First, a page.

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My Child Can't Have ADHD. He’s Not Hyper!

December 8, 2017

ADHD is a disorder characterized by difficulties in paying attention to specific items that require directed attention, hyperactivity, distractibility, excessive daydreaming, and an overall lack of focus. Many people don’t realize that there are actually three types of ADHD diagnoses, and you don’t have to be hyperactive to have the disorder. 

 

ADHD-Inattentive Type is what used to be called ADD. Children with Inattentive Type have trouble following directions beyond what is typical for children their age. They may also struggle to pay attention and stay on task. Children with Inattentive Type are often disorganized and may have trouble following directions that include more than one or two steps. 

 

ADHD-Hyperactive Type includes the now stereotypical hyperactive behaviors that most people associate with ADHD. These are the children that never seem to stop moving, sometimes not even in their sleep. 

 

ADHD-Combined Type is just what it sounds. It includes all of the qualities of Inattentive Type plus hyperactivity. 

 

Children cannot be diagnosed with ADHD unless the symptoms are interfering with their ability to perform expected daily functions. Interestingly, research suggests that homeschoolers are diagnosed at a lower rate than children in public school. This is due to the ability to individualize instruction and the flexibility of schedule and movement that we can much more easily implement. In fact, homeschooled children with ADHD have a lower rate of medication usage than children in public schools.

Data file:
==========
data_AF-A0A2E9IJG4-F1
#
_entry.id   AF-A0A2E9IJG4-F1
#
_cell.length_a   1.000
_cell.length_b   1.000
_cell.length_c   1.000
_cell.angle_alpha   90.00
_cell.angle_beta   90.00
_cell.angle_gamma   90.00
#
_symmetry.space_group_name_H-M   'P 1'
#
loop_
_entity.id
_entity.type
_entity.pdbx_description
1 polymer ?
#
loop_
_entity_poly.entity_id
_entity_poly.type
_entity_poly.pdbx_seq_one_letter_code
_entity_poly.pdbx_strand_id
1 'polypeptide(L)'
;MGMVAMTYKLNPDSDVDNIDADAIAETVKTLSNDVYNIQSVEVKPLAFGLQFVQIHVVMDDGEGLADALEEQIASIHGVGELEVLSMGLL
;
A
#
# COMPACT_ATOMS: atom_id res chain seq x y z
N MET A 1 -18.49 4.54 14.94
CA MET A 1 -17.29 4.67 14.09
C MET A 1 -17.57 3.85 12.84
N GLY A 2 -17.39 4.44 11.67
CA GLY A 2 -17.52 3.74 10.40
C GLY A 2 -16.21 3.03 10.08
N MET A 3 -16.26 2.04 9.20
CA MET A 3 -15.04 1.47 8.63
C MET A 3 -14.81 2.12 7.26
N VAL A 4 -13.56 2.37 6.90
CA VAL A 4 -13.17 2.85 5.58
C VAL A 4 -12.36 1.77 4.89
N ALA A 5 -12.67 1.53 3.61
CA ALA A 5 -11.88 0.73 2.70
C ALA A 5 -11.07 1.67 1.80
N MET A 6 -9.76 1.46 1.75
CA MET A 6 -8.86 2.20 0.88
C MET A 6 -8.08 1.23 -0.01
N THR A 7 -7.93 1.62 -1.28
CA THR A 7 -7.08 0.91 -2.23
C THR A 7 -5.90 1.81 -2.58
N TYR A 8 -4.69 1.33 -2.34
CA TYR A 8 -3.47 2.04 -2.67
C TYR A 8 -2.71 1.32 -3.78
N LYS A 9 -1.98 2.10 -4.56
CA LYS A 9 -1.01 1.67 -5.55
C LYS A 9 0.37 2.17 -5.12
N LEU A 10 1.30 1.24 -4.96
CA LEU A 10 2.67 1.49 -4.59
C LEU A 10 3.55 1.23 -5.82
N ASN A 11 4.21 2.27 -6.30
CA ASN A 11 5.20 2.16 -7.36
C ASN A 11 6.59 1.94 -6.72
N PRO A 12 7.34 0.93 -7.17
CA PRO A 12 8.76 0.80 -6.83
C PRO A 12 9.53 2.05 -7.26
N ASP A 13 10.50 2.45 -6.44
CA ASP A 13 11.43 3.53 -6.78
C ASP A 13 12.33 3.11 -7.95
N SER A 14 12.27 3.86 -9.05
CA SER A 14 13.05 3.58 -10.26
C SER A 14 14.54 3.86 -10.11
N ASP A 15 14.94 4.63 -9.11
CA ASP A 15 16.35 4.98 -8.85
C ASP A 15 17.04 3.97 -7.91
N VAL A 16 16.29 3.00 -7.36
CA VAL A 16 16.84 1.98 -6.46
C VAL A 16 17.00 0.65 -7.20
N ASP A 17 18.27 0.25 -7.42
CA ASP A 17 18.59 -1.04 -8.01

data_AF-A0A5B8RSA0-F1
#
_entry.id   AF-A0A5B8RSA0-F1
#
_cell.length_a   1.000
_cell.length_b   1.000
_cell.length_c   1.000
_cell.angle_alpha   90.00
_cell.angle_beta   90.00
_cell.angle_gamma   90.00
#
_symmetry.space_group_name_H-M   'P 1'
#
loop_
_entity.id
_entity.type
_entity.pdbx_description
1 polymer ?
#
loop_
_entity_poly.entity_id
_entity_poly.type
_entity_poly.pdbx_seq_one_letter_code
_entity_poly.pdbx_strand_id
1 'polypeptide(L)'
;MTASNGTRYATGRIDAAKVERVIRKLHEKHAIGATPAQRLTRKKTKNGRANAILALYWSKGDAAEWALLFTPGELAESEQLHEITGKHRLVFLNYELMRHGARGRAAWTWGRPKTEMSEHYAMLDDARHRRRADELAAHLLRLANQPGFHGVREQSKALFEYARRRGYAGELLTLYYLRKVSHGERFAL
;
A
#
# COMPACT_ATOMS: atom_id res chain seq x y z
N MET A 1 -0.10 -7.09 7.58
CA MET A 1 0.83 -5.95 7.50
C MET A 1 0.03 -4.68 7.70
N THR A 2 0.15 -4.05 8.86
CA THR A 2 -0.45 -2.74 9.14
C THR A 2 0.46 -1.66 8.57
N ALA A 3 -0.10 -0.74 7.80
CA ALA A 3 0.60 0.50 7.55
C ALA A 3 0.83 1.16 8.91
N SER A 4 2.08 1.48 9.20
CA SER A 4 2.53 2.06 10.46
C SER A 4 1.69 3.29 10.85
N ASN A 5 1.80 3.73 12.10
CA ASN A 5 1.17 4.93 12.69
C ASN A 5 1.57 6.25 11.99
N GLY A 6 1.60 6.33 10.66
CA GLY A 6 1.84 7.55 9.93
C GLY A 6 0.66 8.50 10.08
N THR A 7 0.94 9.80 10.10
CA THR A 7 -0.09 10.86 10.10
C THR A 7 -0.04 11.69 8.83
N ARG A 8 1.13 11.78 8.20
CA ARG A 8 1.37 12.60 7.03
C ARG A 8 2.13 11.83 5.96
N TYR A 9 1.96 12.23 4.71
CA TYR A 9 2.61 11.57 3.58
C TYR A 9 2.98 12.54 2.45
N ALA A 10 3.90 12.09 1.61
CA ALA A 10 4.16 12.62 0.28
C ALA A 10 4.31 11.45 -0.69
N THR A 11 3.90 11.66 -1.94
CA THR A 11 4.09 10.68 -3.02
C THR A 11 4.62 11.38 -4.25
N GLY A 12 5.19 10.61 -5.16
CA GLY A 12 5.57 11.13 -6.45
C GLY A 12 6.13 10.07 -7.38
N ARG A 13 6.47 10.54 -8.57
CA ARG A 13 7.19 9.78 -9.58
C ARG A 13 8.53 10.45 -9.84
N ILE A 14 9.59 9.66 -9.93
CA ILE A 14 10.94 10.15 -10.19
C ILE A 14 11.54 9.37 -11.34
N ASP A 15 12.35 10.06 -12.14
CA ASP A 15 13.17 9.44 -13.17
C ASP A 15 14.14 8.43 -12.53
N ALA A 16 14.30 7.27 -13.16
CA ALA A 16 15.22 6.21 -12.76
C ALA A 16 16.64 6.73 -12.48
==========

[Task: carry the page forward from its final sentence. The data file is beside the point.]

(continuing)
The next time you (or someone else) thinks your child may have ADHD, consider a few things. First, does the child have the typical characteristics of ADHD such as distractibility, disorganization, lack of focus, short attention span, impulsive, extensive daydreaming, and hyperactivity? Second, do the child’s behaviors interfere with his or her daily life? 

 

If you think your child has ADHD, contact your pediatrician. If your child is hyper but doesn’t have the other characteristics of ADHD, consider other factors that could be influencing your child’s behavior. 

 

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